12 Days of Etsy: Kwanzaa kinaras

The Herrings create kinaras in the Etsy shop to help celebrate Kwanzaa.

Mar 3, 2020, 10:02 am*


Lauren Rae Orsini 

Lauren Rae Orsini

On December 26, families who celebrate Christmas will be just wrapping up. But for Ashaki Yvette Herring and her husband Olatunji, the holiday season is just beginning.

The Herrings celebrate Kwanzaa, a week long celebration honoring African-American culture and heritage. In their Etsy shop, HeavenWood, the Herrings sell wooden kinaras– the Kwanzaa equivalent of a menorah—for the festivities.

“If I could recommend one it would be for the [Etsy] community to incorporate the kinara and Kwanzaa into their holiday season,” Ashaki told the Daily Dot in an email. “Kwanzaa gives us a chance to sit down and communicate our values to our family and the community.”

Since Kwanzaa begins after Christmas, there’s still time to shop even after Christmas shipping deadlines. The week long celebration takes place between December 26 and January 1st each year. Maulana Karenga, a professor of Africana studies, first proposed the holiday in 1966. Since then, it has become a cornerstone of African American heritage.

The Herrings’ handcrafted kinaras begin at $17.50. The Newark, Delaware couple also sells Ghanan home decor, inspired by their roots.

Ashaki manages the business side of things while Olatunji, whom she affectionately calls “my craftsman,” does woodworking. After reading about Etsy in a magazine, Ashaki began posting her husband’s handiwork for sale. Her experience with the Etsy community, she said, has been warm.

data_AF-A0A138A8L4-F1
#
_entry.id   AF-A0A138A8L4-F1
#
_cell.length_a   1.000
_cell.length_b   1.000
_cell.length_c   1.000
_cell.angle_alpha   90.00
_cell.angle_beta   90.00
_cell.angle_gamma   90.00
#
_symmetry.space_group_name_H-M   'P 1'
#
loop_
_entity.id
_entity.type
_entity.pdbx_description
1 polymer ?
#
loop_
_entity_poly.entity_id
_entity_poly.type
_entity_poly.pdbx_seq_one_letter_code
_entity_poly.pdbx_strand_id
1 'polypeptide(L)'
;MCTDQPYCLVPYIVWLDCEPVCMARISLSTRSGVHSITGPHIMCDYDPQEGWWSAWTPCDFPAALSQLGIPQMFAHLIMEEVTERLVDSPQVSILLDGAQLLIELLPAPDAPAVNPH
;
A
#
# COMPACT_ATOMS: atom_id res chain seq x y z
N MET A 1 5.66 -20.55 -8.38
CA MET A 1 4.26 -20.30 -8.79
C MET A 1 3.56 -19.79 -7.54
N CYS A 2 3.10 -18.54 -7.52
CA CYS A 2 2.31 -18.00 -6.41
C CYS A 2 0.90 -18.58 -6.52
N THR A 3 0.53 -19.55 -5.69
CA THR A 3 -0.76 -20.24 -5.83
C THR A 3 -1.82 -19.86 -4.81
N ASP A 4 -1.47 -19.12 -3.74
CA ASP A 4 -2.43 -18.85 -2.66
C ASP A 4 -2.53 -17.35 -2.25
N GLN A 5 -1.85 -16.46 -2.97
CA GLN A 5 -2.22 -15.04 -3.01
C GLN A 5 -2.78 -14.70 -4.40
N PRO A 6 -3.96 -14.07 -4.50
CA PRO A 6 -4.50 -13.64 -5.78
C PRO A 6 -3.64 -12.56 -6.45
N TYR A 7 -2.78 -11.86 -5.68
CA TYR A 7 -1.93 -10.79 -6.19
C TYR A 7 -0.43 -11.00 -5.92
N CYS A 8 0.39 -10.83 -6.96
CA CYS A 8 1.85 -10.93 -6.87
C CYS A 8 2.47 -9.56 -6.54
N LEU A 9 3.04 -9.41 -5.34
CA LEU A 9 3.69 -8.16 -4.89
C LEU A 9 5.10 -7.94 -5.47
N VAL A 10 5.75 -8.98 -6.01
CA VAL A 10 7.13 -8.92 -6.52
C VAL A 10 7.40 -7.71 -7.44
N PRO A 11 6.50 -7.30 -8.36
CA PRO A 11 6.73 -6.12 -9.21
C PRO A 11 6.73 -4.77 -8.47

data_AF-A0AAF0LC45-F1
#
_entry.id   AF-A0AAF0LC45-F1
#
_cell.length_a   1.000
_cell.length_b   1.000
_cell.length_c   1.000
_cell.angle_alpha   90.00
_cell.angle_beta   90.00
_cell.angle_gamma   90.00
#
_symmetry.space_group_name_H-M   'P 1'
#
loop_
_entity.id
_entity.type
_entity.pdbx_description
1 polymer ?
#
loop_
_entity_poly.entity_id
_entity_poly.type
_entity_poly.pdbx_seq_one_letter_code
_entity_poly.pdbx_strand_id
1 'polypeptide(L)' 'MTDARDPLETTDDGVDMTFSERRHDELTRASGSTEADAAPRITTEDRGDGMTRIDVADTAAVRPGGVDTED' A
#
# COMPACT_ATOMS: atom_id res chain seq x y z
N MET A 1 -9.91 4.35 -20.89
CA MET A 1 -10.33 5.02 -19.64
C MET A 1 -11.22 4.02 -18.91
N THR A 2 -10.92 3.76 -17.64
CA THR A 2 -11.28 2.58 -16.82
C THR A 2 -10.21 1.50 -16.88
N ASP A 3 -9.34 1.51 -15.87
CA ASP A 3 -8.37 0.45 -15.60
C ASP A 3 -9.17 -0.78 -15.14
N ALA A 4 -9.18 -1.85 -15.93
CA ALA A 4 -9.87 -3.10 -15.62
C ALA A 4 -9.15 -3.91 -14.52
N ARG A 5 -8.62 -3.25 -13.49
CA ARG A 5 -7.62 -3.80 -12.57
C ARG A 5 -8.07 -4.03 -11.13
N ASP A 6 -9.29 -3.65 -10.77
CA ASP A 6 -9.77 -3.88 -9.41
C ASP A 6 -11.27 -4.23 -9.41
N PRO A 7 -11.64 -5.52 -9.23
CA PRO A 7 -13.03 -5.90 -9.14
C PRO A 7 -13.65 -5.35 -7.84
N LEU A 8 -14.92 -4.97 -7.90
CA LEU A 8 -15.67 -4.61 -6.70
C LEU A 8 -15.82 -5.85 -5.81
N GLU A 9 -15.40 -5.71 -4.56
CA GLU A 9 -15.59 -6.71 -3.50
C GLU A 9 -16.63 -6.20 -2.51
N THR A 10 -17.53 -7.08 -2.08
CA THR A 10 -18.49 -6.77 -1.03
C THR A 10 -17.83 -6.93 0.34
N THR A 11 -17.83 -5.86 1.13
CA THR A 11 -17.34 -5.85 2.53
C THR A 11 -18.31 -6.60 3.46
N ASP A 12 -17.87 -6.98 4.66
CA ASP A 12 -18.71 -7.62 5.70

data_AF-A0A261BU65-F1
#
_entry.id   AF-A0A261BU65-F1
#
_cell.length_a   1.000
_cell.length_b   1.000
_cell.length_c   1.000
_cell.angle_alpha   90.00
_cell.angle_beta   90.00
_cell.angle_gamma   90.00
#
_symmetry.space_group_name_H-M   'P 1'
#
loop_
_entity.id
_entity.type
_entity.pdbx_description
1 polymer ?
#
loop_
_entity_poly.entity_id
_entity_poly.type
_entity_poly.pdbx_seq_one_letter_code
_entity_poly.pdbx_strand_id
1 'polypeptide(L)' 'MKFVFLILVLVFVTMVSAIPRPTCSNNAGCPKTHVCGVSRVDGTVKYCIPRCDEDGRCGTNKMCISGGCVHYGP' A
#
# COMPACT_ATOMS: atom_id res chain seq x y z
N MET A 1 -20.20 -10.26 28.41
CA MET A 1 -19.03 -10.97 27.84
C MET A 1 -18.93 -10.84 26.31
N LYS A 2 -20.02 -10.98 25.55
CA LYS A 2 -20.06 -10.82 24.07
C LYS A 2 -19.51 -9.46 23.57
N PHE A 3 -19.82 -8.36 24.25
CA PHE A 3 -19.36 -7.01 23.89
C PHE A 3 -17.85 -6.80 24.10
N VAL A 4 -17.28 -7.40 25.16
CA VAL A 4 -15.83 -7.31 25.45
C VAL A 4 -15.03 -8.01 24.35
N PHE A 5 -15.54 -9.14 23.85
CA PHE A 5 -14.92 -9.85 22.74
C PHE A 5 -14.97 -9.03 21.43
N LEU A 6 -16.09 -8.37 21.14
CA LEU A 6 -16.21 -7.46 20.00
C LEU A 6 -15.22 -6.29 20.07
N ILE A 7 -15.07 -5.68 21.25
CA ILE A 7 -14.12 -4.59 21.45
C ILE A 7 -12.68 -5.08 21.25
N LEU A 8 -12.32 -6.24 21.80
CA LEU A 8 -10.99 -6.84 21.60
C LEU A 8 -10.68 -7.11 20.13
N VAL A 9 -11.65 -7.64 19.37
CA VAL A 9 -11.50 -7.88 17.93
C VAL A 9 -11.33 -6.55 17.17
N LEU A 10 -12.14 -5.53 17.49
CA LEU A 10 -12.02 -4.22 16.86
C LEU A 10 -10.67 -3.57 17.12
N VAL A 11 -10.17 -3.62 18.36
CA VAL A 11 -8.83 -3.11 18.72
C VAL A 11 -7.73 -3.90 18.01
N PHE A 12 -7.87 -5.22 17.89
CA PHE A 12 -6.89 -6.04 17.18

“The customers we have on Etsy have turned into friends,” she said. “We had an order back in June, and my craftsman injured his arm in an accident, and he went through months of therapy. What was so wonderful is a customer we had wasn’t worried about her order, she was just worried about his well being.”

It’s the Etsy community’s attitude of compassion that encourages Ashaki to teach all her customers a little bit about the Kwanzaa spirit.

“Kwanzaa’s 7 days and 7 principles are worth learning about,” she said. “It is a wonderful thing to teach your family about Unity, Determination, Cooperative Economics, Collective Work and Responsibility, Purpose, Creativity and Faith.”

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*First Published: Dec 12, 2011, 3:55 pm